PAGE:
CITY IN PANIC
A.k.a. The AIDS Murders
“A deadly secret… A psychotic killer… A reign of terror!!!”
Director: Robert Bouvier / Writers: Peter Wilson & Andreas Blackwell / Cast: David Adamson, Leeann Nestegard, Peter Roberts, Edward Chester, Gary Bryant, Bonnie Beck, Derrick Emery, John Tench.
Body Count: 6
Laughter Lines: “Who’s responsible – the makers of slasher films?”
Those of us old enough to remember playground taunts of the 1980s will doubtlessly recall other kids screeching “You’ve got AIDS!” at the top of their shrill little lungs. This film is largely the embodiment of that. And that Team America song Everyone Has AIDS.
A serial killer in a black coat and a fedora is slashing up (mostly) gay men and carving an M into their torsos. Straightforward homophobia? Being the mid-80s, you’d think so, but as City in Panic unfolds, while the gay community is largely without a voice, the only anti-gay character is coded as an idiot detective and shouted down several times.
Radio talk show host Dave Miller is at war with another journalist, whom he accuses of exploiting the situation for readers, and investigates on his own, arguing with his enemy and a radio shrink who says it’s “too soon to say” if the killer has an agenda given the sexuality of most of the victims.
Intermittently, men ‘doing gay things’ are stalked and killed. Only a couple of them have any dialogue: A bartender from Dave’s choice tavern who is caught doing inverted sit-ups in a deserted gym, and a security guard sticks his cock through the wrong gloryhole. Refreshingly, the film doesn’t overtly condemn any of them, and Dave educates his dim girlfriend on a couple of points when she compares AIDS to the Plague.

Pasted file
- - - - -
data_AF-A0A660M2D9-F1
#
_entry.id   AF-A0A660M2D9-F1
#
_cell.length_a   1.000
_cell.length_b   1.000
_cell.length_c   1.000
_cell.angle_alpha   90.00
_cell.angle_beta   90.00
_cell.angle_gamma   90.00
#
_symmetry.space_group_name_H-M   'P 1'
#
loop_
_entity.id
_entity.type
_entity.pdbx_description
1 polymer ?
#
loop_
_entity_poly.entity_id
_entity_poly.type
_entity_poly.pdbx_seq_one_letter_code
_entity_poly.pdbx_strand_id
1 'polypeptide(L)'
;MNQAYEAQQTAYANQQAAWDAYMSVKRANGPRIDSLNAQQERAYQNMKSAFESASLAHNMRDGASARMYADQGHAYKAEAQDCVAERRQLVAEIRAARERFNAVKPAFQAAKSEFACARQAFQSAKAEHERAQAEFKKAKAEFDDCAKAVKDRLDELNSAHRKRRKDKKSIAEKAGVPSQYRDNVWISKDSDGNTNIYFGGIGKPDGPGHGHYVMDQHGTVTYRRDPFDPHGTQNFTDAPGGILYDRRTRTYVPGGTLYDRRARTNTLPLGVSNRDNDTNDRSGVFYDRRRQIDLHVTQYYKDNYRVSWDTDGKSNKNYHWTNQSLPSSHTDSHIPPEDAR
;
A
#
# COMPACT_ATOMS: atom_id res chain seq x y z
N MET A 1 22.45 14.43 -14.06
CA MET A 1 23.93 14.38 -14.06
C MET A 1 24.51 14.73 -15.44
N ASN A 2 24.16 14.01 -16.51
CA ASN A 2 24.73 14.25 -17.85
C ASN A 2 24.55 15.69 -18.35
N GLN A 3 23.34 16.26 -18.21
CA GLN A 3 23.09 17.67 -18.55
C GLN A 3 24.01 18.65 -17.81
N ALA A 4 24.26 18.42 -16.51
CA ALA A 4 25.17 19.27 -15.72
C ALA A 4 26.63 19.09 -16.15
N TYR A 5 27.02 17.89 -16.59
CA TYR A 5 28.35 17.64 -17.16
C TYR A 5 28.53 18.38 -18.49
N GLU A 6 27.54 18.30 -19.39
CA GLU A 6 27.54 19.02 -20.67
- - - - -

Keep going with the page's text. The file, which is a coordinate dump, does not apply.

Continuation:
The killer’s identity becomes obvious at the clock runs down, although it wasn’t entirely clear beforehand, although the use of the ‘M’ is pretty random and pointless, but as they wail “They had AIDS!” when confronted by Dave, I couldn’t not fall about laughing. HIV, by the way, doesn’t get a look in. Seems like in this universe you get AIDS, and a short time later you’re gone.
A bad movie, but not necessarily a bad-hearted one. The producers latched on to a hot topic and rode with it, which was a brave choice for this era, politically. It’s just about balanced enough to be neither here nor there, but as a comedy is an absolute riot.
And, honestly, some of the fashion on show is more offensive than anything.